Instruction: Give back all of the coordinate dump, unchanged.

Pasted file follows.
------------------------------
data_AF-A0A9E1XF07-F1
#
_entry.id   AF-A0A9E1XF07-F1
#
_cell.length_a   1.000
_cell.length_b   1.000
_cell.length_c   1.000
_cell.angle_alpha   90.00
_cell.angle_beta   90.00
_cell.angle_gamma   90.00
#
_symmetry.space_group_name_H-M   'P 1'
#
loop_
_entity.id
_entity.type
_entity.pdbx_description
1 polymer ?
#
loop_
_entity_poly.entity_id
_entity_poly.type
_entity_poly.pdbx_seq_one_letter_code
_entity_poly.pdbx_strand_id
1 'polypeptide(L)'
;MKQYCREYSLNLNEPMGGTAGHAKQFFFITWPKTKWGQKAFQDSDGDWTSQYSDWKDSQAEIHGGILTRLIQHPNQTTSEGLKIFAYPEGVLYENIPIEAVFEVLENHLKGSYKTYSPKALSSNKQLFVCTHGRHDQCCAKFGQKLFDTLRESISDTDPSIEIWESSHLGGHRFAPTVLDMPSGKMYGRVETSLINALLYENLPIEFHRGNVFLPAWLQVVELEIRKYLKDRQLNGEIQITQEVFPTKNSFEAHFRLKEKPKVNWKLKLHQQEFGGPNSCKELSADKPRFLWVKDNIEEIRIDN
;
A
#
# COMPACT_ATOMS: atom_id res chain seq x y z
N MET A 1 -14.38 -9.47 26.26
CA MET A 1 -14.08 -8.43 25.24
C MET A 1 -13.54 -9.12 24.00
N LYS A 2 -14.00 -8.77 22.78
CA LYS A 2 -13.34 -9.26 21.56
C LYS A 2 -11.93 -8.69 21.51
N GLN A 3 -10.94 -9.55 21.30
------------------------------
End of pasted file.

data_AF-A0A9E1XF07-F1
#
_entry.id   AF-A0A9E1XF07-F1
#
_cell.length_a   1.000
_cell.length_b   1.000
_cell.length_c   1.000
_cell.angle_alpha   90.00
_cell.angle_beta   90.00
_cell.angle_gamma   90.00
#
_symmetry.space_group_name_H-M   'P 1'
#
loop_
_entity.id
_entity.type
_entity.pdbx_description
1 polymer ?
#
loop_
_entity_poly.entity_id
_entity_poly.type
_entity_poly.pdbx_seq_one_letter_code
_entity_poly.pdbx_strand_id
1 'polypeptide(L)'
;MKQYCREYSLNLNEPMGGTAGHAKQFFFITWPKTKWGQKAFQDSDGDWTSQYSDWKDSQAEIHGGILTRLIQHPNQTTSEGLKIFAYPEGVLYENIPIEAVFEVLENHLKGSYKTYSPKALSSNKQLFVCTHGRHDQCCAKFGQKLFDTLRESISDTDPSIEIWESSHLGGHRFAPTVLDMPSGKMYGRVETSLINALLYENLPIEFHRGNVFLPAWLQVVELEIRKYLKDRQLNGEIQITQEVFPTKNSFEAHFRLKEKPKVNWKLKLHQQEFGGPNSCKELSADKPRFLWVKDNIEEIRIDN
;
A
#
# COMPACT_ATOMS: atom_id res chain seq x y z
N MET A 1 -14.38 -9.47 26.26
CA MET A 1 -14.08 -8.43 25.24
C MET A 1 -13.54 -9.12 24.00
N LYS A 2 -14.00 -8.77 22.78
CA LYS A 2 -13.34 -9.26 21.56
C LYS A 2 -11.93 -8.69 21.51
N GLN A 3 -10.94 -9.55 21.30